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In javascript, I have an object containing a function and want to add to it a private member. How can I do that?

function function1 () {
    var function2 = function () {
        console.log("This is an actual function.");
    }

    function2.publicMember = 5;
    function2.privateMember = 7; 

    return function2;
}

I want privatMember to be inaccessible to the user of function1. I found this question but I can't quite translate it to my situation because my object is a function:

How to add private variable to this Javascript object literal snippet?

thanks!

share|improve this question
1  
You can define it with var privateMember; which would make it accessible only in the closure (and not a part of function2 outside this context) but seriously - there is a simpler solution. Just name it _privateMember and don't change it from the outside. You're an adult and you're perfectly capable of this :) – Benjamin Gruenbaum Jan 1 '14 at 20:45
1  
JavaScript doesn't really have private object properties at this point. And it would be unusual to add properties to functions, except in some very specific cases. If you make privateMember a variable decalred as var privateMember = 7, then your function2 will have access to it, and it will be otherwise inaccessible outside function1 – cookie monster Jan 1 '14 at 20:46
    
Just to be clear, adding a '_' to the property name is convention for privacy but doesn't actually change behaviour. – johnnycardy Jan 1 '14 at 21:00
up vote 1 down vote accepted

Wrap it into one more function to create new scope (i.e. using iife):

function function1 () {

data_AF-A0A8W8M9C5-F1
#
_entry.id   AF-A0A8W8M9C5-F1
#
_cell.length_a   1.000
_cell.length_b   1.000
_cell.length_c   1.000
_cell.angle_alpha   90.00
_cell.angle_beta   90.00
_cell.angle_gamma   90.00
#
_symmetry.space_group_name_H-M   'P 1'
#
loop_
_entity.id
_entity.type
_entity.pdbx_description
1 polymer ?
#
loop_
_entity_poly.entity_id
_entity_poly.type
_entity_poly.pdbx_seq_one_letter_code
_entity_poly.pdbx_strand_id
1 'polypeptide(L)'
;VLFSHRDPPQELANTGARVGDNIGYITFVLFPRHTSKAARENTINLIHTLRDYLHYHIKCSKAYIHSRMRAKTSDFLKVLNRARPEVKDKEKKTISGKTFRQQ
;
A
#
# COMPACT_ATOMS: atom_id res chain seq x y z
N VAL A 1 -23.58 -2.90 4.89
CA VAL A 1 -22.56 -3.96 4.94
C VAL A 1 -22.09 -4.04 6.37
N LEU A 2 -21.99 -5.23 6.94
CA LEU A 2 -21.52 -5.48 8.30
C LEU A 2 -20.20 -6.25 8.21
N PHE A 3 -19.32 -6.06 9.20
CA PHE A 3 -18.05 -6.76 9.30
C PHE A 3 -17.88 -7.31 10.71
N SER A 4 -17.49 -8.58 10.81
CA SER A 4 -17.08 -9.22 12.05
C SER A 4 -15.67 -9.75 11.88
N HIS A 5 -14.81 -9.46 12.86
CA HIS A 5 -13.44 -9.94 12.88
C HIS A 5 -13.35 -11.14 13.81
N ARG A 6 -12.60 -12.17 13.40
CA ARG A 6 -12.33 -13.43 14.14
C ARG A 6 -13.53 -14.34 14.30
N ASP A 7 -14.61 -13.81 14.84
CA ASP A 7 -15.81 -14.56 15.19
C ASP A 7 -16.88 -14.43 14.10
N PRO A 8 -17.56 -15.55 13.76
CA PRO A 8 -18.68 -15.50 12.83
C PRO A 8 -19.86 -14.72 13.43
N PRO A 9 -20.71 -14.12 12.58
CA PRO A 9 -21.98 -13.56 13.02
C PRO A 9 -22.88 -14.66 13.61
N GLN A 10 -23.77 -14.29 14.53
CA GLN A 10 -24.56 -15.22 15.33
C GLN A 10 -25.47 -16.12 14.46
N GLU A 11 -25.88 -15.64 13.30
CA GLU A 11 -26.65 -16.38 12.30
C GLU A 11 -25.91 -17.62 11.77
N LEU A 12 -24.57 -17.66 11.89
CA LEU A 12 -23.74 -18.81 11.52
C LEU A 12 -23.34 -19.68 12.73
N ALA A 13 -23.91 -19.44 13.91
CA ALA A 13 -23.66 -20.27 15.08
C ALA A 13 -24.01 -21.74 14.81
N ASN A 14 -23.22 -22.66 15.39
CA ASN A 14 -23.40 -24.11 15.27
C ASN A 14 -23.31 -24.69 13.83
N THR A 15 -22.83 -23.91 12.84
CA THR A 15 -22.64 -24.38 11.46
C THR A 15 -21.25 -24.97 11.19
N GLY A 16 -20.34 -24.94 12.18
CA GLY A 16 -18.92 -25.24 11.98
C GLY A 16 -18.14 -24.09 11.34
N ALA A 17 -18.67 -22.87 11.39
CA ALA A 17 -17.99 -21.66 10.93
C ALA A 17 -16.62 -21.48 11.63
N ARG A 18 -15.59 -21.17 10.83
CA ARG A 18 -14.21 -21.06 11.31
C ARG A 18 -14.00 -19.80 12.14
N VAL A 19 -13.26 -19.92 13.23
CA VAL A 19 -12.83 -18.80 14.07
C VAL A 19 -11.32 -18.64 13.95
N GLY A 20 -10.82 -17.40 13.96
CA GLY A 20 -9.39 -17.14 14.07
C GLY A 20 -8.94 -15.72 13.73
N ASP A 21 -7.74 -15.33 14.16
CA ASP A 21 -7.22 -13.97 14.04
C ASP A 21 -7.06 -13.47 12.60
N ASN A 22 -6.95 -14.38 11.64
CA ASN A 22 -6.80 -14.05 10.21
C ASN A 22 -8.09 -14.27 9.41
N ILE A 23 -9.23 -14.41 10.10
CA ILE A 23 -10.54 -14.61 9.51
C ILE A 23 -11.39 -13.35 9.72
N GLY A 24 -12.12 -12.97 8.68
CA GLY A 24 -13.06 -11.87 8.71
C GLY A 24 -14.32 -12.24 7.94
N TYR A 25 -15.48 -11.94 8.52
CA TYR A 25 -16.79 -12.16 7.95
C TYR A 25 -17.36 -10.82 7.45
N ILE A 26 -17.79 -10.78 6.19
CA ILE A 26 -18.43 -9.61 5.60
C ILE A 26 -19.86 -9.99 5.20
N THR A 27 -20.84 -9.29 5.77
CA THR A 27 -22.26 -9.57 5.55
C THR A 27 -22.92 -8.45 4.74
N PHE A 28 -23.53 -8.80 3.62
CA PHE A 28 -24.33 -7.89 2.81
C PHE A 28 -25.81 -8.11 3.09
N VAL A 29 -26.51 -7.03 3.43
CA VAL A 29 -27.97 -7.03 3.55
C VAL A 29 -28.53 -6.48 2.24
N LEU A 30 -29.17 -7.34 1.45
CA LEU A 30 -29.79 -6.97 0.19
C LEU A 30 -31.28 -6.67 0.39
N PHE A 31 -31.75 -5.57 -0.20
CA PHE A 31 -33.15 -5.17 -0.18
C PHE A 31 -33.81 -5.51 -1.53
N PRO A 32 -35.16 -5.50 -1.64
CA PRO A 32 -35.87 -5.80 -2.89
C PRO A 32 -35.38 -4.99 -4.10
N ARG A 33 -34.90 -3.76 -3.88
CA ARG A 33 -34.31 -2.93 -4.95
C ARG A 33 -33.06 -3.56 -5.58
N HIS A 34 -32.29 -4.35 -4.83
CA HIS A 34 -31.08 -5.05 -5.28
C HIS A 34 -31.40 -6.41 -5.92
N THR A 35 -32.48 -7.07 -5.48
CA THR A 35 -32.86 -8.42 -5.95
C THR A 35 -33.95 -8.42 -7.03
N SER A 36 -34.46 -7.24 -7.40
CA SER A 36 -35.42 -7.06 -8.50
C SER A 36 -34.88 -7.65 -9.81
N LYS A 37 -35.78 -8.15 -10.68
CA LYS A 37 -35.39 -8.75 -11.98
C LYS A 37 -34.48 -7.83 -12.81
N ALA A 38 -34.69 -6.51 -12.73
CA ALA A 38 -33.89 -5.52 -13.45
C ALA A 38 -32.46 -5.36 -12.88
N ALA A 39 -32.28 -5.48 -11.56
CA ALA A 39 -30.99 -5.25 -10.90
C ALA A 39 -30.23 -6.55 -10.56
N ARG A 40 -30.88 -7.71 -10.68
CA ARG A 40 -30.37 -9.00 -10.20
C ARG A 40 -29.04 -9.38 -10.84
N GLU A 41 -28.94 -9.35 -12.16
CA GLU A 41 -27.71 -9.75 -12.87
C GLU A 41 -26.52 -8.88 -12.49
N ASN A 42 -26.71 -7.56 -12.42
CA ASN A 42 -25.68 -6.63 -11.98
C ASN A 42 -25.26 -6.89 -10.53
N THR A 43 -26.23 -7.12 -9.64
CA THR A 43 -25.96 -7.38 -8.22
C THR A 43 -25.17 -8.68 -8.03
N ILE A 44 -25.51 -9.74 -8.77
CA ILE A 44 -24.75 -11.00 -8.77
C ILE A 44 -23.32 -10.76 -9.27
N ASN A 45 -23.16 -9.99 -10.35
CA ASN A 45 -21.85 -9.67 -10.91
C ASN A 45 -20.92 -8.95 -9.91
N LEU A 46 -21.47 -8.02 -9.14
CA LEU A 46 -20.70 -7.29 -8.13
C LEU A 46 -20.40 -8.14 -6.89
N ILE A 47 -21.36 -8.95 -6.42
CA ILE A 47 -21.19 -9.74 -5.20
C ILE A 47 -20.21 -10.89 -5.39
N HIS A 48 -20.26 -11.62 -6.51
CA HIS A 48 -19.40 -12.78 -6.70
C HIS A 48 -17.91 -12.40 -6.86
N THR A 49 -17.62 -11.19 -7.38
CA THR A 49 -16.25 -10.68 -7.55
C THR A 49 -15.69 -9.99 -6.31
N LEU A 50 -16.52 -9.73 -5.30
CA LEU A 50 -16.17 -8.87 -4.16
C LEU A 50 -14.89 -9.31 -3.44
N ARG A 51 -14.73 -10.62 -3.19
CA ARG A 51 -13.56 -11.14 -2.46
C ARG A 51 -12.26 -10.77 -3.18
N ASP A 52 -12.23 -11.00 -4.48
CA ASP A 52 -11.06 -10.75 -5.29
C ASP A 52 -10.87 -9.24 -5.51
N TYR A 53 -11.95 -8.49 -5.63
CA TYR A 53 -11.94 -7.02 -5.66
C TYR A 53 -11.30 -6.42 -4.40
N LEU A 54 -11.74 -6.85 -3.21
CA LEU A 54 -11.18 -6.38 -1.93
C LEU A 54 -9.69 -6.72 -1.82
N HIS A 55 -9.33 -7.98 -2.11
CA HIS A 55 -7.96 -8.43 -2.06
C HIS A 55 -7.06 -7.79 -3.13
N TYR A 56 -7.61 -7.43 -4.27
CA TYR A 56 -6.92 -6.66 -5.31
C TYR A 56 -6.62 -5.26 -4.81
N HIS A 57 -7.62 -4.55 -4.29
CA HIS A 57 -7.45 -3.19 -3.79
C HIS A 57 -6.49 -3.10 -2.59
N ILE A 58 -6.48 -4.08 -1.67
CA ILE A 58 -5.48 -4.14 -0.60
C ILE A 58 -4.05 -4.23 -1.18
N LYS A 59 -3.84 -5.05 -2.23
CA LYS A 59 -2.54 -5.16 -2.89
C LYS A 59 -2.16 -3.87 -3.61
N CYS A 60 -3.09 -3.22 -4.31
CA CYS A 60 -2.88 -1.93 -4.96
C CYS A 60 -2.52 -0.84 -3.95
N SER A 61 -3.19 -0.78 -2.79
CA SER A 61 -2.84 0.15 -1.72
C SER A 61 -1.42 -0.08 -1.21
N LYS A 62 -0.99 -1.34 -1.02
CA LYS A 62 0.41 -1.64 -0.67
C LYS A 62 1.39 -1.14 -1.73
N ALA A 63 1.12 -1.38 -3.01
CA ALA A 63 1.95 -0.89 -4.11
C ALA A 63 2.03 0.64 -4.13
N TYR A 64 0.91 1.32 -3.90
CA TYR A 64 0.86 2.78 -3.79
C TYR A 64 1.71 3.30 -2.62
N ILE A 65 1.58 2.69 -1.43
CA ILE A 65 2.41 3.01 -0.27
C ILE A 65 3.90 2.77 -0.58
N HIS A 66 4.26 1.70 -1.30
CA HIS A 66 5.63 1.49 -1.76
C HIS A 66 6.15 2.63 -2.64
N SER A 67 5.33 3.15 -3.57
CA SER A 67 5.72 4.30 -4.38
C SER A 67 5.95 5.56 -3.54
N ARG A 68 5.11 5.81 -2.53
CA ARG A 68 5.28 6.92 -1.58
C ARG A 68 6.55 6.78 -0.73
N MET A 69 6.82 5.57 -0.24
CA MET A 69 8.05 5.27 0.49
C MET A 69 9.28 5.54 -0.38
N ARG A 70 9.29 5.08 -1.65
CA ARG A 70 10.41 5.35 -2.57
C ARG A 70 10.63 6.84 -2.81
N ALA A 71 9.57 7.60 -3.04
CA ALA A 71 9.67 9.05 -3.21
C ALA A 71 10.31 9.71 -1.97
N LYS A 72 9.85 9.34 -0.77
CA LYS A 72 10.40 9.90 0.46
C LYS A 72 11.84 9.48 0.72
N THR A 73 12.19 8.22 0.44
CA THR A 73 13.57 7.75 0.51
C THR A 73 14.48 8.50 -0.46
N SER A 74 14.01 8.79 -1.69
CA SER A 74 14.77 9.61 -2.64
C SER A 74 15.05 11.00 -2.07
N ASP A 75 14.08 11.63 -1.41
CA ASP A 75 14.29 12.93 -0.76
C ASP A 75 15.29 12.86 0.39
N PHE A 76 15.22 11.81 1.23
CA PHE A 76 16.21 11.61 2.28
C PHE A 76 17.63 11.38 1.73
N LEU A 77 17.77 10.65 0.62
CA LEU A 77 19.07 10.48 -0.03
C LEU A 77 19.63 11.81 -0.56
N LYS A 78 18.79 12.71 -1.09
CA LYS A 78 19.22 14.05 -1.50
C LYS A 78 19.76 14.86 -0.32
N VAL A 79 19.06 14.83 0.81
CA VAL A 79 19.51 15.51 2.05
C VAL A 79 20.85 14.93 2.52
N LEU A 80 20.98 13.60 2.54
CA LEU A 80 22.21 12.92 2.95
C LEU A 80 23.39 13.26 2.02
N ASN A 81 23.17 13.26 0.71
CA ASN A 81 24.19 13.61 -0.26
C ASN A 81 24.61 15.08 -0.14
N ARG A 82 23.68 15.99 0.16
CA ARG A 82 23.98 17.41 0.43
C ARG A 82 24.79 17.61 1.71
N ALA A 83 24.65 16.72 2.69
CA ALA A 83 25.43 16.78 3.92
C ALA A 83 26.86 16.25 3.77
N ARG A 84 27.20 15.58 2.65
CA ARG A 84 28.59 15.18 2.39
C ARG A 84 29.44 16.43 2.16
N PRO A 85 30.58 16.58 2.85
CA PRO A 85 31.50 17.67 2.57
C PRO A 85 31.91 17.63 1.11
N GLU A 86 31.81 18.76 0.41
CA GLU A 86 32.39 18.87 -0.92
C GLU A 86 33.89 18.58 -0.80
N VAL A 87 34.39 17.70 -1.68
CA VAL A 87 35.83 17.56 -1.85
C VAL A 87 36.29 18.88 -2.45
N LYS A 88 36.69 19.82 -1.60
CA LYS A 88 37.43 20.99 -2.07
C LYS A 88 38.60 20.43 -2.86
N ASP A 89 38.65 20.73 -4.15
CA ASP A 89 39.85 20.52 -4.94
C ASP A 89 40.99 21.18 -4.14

var function2 = (function(){
       var privateMember = 7; 
       return function () {
          privateMember ++; // do something with really private member
          console.log("This is an actual function.");
       }
    })();

    function2.publicMember = 5;

    return function2;
}
share|improve this answer
    
You still won't be able to access publicMember within function2 itself though. – johnnycardy Jan 1 '14 at 21:07
    
@johnnycardy - good point, but sometimes it is not necessary (i.e. in jQuery $.each() - $ function don't really care of presence of each/don't need to access each) – Alexei Levenkov Jan 1 '14 at 21:13

Declare the vars inside the function that needs access to them:

function function1 () {
    var publicMember = 5;
    var function2 = function () {
        var privateMember = 7;
        console.log("This is an actual function.");
    }

    return function2;
}

So function2 can see the vars inside its own closure (privateMember) and any parent scope.

share|improve this answer
    
I think this way privateMember's value won't live beyond the run of function2, am I right? I need to be able to access it from public functions I added onto function2 object. – user2229668 Jan 1 '14 at 21:14
    
Adding functions (or other properties) on to a function object is a really weird thing to do. Maybe it would be easier to create a prototype and instantiate that? – johnnycardy Jan 2 '14 at 7:48

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